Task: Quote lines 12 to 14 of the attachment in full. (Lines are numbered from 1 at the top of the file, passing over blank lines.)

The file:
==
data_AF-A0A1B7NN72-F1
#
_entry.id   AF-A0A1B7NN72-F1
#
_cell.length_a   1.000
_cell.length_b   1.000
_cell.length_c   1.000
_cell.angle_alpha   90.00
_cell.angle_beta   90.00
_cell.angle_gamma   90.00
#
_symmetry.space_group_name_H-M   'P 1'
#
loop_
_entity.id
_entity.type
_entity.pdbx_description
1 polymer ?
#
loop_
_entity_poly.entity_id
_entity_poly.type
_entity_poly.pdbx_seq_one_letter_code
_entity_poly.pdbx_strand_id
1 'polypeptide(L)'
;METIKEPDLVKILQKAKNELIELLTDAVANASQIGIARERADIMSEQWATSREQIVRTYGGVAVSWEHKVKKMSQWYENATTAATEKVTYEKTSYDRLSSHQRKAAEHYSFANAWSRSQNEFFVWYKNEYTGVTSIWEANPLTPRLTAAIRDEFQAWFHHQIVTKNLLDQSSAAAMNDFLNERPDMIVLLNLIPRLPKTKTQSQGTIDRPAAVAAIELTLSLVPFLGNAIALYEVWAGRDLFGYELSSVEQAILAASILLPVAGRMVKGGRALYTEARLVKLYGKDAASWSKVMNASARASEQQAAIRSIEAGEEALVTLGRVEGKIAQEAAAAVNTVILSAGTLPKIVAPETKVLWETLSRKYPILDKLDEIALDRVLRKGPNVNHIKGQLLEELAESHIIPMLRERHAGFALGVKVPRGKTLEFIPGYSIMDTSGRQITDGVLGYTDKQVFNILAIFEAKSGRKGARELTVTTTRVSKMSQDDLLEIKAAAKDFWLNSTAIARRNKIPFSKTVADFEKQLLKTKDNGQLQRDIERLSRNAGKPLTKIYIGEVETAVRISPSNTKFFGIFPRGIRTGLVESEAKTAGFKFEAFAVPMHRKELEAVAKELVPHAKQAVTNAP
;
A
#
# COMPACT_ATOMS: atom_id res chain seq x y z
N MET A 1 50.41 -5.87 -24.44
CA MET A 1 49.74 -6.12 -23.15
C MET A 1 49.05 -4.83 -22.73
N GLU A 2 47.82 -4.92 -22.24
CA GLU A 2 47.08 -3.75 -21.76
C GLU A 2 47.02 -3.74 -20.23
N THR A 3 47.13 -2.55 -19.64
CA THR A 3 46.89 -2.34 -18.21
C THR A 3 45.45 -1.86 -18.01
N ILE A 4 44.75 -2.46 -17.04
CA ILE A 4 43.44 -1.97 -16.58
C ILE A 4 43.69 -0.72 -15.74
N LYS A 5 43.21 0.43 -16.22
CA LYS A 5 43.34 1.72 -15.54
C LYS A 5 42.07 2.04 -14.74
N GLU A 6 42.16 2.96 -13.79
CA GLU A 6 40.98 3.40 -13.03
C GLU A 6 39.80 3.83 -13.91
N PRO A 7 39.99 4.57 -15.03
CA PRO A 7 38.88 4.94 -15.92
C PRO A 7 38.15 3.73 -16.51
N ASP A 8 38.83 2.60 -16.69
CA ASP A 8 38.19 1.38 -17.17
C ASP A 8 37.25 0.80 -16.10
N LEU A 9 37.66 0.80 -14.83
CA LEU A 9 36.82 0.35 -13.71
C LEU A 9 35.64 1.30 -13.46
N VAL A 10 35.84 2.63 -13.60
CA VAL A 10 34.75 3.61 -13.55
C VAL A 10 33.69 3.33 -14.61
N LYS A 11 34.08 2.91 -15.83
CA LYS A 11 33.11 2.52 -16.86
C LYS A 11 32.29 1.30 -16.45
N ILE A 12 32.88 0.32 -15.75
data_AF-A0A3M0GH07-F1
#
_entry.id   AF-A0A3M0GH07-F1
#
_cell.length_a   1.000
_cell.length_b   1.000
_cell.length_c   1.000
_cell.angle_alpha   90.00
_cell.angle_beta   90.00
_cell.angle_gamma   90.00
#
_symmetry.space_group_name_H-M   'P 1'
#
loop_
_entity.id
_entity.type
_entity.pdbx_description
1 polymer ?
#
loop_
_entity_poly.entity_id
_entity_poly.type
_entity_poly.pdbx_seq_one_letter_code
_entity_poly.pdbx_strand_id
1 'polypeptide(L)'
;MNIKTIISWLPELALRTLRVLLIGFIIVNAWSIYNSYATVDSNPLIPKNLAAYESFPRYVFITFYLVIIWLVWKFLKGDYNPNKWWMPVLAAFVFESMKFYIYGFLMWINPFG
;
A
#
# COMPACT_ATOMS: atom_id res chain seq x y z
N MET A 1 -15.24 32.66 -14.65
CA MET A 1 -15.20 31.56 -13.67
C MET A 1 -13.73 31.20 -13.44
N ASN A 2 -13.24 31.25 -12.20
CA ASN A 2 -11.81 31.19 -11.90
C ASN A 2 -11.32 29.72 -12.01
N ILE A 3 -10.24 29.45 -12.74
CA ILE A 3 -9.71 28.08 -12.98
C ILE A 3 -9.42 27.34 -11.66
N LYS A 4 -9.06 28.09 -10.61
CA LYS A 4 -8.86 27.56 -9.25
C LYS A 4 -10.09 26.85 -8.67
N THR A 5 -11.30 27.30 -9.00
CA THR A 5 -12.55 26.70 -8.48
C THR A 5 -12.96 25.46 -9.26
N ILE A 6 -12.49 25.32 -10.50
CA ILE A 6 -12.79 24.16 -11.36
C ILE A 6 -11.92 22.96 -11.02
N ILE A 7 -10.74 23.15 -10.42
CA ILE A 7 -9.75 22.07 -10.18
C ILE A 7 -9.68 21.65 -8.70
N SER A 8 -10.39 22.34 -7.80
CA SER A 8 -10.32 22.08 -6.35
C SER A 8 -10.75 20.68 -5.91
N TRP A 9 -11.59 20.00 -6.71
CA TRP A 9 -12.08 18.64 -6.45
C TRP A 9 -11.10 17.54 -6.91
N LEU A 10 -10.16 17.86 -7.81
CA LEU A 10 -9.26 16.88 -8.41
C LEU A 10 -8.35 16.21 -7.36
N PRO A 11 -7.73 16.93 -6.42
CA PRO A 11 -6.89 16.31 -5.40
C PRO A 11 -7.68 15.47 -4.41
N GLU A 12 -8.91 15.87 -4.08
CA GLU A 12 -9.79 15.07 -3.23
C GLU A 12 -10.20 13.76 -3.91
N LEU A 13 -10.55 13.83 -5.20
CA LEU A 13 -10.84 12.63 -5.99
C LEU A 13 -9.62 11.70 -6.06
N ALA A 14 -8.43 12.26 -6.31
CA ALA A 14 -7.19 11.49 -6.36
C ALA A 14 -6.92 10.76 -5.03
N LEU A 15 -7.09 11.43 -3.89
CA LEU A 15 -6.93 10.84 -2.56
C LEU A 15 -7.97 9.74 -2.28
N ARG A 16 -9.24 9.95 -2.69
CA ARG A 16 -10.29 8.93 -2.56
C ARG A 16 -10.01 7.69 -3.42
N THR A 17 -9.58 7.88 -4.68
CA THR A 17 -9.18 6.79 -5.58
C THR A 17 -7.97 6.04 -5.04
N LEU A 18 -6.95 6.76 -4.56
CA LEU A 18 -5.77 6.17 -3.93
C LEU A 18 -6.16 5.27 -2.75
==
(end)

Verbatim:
_symmetry.space_group_name_H-M   'P 1'
#
loop_